How to Use a TFSA Properly for Investing

Are you confused about the TFSA? It’s a great place to buy quality firms, such as Enbridge Inc. (TSX:ENB)(NYSE:ENB), when they’re priced at reasonable valuations. Learn more here.

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Historically, stocks deliver higher returns than interest-producing investments such as GICs and bonds. So, risk-averse investors might decide to hold stocks in a tax-free savings account (TFSA) to target higher returns.

Benefits of investing using a TFSA

What’s earned inside a TFSA is tax free, whether it’s capital gains or dividends. So, the earlier you invest using a TFSA, the sooner compounding works its magic. Compounding is growing money with money over time.

For example, if you had invested $5,000 in Enbridge Inc. (TSX:ENB)(NYSE:ENB) in 2009 for $20 per share, it would have grown to $10,550 for a total return of 211%. Almost 168% was from capital appreciation and 43% was from dividends. The annualized rate of return would have been 17%.

The $5,550 gains in capital growth and dividends won’t be accessed by the taxman if you hold the shares in a TFSA.

You could also have reinvested the Enbridge dividends in additional shares through its dividend-reinvestment program for higher returns.


Anyone 18 years old or older with a social insurance number can open a TFSA. However, any contributions made by non-residents will be subject to a 1% tax for each month the contribution stays in the account.

The contribution room for each year accumulates if it’s not used. From 2009 to this year, the contribution rooms are as follows:

Year Contribution Room
2009 $5,000
2010 $5,000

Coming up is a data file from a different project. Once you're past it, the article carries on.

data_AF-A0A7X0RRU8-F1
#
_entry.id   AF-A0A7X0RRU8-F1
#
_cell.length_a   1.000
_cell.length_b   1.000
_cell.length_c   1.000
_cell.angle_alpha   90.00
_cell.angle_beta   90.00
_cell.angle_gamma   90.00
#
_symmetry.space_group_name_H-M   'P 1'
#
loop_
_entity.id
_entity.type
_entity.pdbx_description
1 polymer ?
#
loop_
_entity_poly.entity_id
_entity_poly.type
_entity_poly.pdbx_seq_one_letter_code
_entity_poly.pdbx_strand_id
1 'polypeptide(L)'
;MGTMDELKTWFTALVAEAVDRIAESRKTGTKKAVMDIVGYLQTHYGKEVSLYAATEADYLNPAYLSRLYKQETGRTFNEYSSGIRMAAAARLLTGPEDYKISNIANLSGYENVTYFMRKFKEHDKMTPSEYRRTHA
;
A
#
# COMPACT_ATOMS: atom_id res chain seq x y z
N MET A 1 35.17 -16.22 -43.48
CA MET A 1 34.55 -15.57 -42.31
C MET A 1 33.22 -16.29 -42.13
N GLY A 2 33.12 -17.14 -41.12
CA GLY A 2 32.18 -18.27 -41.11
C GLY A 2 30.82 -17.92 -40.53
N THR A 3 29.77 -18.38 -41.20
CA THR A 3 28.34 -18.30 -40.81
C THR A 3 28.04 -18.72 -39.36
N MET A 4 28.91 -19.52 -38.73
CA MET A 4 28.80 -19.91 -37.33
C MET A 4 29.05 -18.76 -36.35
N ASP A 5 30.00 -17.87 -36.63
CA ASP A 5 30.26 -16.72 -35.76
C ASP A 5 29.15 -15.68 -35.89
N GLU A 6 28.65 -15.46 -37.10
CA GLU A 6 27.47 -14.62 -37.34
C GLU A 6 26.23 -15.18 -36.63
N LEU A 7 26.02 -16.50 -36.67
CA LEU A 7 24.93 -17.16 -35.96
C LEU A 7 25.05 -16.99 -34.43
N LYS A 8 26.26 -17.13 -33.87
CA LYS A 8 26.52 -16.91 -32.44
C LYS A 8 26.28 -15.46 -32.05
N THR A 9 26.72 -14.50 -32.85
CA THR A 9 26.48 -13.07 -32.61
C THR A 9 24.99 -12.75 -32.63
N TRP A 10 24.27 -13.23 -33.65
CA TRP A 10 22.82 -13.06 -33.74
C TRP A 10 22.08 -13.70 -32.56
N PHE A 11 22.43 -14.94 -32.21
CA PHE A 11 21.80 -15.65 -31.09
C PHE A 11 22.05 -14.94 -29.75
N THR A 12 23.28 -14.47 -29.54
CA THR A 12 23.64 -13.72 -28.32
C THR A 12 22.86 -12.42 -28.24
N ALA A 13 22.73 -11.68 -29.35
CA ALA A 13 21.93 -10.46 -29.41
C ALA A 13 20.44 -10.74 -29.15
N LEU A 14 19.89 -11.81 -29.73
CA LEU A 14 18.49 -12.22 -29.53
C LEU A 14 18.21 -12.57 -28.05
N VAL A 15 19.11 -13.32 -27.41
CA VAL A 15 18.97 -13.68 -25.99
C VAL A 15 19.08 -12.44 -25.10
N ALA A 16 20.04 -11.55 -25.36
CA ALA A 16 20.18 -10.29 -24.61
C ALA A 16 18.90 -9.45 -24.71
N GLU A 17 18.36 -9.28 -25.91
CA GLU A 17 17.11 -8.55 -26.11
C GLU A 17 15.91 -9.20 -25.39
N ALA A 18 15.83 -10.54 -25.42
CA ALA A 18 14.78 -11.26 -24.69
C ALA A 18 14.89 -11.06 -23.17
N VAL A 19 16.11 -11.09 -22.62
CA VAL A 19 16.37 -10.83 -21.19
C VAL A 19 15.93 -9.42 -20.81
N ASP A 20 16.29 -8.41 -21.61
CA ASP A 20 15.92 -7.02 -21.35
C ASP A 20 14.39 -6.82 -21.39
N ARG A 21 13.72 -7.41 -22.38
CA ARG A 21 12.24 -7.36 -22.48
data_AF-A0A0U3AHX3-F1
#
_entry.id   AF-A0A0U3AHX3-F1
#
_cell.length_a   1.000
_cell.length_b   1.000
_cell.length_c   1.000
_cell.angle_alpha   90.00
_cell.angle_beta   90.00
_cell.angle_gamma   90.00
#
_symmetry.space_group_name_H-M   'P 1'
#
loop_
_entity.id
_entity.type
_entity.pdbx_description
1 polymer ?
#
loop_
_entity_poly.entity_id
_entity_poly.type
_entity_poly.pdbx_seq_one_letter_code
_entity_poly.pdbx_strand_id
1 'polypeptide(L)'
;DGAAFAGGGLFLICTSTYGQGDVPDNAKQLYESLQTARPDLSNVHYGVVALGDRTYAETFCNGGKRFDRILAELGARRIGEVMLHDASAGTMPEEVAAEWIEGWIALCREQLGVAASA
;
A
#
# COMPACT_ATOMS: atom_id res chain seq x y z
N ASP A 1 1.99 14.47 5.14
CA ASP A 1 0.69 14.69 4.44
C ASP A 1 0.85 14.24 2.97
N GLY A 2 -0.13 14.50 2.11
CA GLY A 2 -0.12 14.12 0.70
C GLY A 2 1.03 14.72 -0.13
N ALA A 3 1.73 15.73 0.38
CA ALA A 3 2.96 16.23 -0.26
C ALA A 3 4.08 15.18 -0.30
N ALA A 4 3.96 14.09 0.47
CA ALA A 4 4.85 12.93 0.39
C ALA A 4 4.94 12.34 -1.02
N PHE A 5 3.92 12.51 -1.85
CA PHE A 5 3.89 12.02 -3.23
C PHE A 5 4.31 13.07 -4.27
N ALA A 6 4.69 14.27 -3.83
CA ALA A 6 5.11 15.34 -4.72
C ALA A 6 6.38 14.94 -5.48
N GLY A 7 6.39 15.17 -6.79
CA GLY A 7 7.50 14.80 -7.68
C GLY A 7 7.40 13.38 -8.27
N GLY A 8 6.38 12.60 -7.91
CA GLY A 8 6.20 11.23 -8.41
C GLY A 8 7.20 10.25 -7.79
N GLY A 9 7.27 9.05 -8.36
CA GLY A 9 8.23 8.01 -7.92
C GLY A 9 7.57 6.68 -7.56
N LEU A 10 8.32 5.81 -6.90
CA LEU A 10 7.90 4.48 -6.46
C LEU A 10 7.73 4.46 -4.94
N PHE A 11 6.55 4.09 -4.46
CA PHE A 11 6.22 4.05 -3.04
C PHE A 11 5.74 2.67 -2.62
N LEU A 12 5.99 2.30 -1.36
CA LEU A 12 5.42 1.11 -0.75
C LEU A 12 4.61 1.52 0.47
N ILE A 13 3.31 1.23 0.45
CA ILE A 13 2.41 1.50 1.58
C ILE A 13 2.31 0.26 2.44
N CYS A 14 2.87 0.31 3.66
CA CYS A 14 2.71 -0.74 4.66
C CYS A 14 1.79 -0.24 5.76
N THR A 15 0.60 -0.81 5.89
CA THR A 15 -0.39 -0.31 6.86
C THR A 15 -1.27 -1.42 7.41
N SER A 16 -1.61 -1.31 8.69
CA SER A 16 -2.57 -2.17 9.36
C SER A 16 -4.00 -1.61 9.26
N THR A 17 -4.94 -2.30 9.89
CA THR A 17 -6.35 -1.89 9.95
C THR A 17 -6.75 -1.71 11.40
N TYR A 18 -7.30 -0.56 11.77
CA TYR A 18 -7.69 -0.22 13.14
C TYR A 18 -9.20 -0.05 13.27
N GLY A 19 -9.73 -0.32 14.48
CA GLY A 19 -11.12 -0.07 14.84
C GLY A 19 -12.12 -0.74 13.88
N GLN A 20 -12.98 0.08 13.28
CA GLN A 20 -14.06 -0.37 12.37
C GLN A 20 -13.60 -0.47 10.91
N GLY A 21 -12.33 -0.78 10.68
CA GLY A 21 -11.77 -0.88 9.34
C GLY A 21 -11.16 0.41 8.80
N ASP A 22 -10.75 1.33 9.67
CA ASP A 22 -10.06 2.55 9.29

2011 $5,000
2012 $5,000
2013 $5,500
2014 $5,500
2015 $10,000
2016 $5,500
Total $46,500

If you were at least 18 in 2009 and never contributed to a TFSA, you’d have $46,500 of contribution room this year. If you get the average market returns of 7-10% per year, that’s a lot of tax savings in a lifetime.


If you withdraw from a TFSA, you can contribute that amount back in the next calendar year. For example, if you’ve consistently contributed the full amount each year, including this year, and you decide to take out $1,000 for an emergency, you can only re-contribute the $1,000 when 2017 rolls around.

However, if you’ve only contributed $10,000 in your TFSAs in total and you withdrew $1,000 for an emergency, you still have $36,500 contribution room left for this year. And the $1,000 that you withdrew can be added to your contribution room when 2017 rolls around.


Investors should be aware that just as any gains are not taxed in a TFSA, any losses are also ignored and can’t be used to offset capital gains as they do in a non-registered account.

That’s why it’s particularly important to buy quality companies at reasonable valuations in a TFSA. They should be companies that you plan to hold for a long time, so you can ignore short-term volatility. The longer time horizon you have, the more likely your investments will experience gains.


Once investors learn the ropes of investing in a non-registered account, where they can use capital losses to offset capital gains, investors should consider investing quality stocks at reasonable valuations in a TFSA for a lifetime of tax-free growth.

If you invest $5,500 in a TFSA each year for an annualized 7% return, in 20 years you’ll amass $241,258 ($110,000 of that is your original savings, and $131,258 is growth from your investments).

This article represents the opinion of the writer, who may disagree with the “official” recommendation position of a Motley Fool premium service or advisor. We’re Motley! Questioning an investing thesis — even one of our own — helps us all think critically about investing and make decisions that help us become smarter, happier, and richer, so we sometimes publish articles that may not be in line with recommendations, rankings or other content.

Fool contributor Kay Ng owns shares of Enbridge, Inc. (USA).

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